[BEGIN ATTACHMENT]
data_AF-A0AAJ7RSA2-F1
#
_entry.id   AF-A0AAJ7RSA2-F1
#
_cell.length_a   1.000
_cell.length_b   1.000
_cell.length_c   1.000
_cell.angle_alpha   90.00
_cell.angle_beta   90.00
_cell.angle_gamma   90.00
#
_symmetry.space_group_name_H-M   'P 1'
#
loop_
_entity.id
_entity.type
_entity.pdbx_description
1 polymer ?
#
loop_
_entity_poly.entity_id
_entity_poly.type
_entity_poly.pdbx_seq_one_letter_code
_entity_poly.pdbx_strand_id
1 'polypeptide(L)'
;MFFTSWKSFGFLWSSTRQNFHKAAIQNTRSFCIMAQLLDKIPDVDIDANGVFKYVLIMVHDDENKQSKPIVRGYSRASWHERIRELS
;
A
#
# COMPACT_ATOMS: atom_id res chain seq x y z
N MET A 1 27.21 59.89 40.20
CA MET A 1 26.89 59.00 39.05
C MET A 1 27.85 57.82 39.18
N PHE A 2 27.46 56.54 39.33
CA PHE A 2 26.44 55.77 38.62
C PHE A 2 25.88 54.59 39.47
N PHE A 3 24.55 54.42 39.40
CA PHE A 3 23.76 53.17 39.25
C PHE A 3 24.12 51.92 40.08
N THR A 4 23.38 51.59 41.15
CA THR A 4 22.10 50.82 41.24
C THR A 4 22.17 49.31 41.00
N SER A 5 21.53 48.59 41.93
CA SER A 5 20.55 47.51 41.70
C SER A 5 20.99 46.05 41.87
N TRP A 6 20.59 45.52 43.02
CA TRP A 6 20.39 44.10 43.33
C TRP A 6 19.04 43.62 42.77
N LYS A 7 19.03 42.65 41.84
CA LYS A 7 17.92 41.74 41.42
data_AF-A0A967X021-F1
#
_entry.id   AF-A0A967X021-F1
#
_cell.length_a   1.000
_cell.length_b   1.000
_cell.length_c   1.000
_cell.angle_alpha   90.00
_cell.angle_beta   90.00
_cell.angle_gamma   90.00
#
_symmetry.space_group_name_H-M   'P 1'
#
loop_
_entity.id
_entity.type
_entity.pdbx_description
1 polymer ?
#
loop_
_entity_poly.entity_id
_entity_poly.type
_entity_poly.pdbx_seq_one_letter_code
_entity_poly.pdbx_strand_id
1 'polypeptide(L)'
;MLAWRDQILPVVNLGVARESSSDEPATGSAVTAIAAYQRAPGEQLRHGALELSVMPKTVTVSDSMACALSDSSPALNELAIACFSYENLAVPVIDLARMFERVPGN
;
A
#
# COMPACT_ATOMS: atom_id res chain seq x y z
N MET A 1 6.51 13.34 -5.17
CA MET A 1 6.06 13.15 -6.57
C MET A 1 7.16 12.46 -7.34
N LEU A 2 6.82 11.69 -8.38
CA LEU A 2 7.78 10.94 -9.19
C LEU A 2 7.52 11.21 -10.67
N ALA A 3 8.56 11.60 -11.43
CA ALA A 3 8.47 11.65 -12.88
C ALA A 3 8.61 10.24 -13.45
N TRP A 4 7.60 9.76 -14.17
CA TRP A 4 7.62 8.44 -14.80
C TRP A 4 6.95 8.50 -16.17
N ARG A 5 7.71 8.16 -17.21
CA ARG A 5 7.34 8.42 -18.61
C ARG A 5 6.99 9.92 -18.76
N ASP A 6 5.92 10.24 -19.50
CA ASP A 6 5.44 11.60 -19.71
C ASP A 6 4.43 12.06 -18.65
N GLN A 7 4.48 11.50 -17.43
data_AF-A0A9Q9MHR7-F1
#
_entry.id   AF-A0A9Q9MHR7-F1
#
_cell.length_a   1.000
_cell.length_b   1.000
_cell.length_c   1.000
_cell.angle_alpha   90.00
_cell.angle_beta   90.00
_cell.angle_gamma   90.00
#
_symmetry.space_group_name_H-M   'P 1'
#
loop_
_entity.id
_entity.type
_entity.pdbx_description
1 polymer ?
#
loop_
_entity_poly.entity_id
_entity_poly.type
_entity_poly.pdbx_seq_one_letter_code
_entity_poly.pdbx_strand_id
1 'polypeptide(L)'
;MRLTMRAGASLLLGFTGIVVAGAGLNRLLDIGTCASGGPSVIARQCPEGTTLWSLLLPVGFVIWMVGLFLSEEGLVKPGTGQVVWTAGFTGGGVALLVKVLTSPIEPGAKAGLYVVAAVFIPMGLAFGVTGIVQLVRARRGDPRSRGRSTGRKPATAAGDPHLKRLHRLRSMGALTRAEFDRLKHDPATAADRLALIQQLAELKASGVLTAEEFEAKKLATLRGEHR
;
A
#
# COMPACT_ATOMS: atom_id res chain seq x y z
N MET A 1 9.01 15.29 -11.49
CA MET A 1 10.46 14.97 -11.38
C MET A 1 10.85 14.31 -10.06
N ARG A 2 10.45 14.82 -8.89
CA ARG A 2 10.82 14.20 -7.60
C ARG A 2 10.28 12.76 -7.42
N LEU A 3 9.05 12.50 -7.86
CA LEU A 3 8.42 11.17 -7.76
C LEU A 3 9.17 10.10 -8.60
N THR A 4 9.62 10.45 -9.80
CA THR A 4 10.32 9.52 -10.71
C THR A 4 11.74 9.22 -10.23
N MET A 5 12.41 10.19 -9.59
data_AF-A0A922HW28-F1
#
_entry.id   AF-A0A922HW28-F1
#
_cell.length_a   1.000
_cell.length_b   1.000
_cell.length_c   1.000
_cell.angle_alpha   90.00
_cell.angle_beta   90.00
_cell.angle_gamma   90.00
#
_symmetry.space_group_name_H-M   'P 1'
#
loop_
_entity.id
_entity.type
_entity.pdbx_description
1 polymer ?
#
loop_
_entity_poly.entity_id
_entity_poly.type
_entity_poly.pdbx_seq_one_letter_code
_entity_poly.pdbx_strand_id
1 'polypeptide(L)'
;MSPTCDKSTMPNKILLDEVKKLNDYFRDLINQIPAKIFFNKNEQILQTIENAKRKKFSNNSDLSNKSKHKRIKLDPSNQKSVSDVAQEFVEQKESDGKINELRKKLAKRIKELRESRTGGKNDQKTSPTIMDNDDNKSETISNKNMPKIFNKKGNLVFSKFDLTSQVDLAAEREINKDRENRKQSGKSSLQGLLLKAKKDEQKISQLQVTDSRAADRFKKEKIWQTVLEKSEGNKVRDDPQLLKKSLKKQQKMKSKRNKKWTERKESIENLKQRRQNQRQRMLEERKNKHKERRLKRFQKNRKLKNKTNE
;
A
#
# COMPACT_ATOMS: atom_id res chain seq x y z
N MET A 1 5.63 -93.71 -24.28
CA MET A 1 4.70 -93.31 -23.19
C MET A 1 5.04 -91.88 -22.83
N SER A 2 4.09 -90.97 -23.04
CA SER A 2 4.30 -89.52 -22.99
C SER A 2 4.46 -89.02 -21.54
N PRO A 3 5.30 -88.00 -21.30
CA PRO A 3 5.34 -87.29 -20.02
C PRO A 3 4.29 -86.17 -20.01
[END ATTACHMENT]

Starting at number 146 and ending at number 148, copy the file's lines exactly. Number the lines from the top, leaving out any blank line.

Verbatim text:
#
_cell.length_a   1.000
_cell.length_b   1.000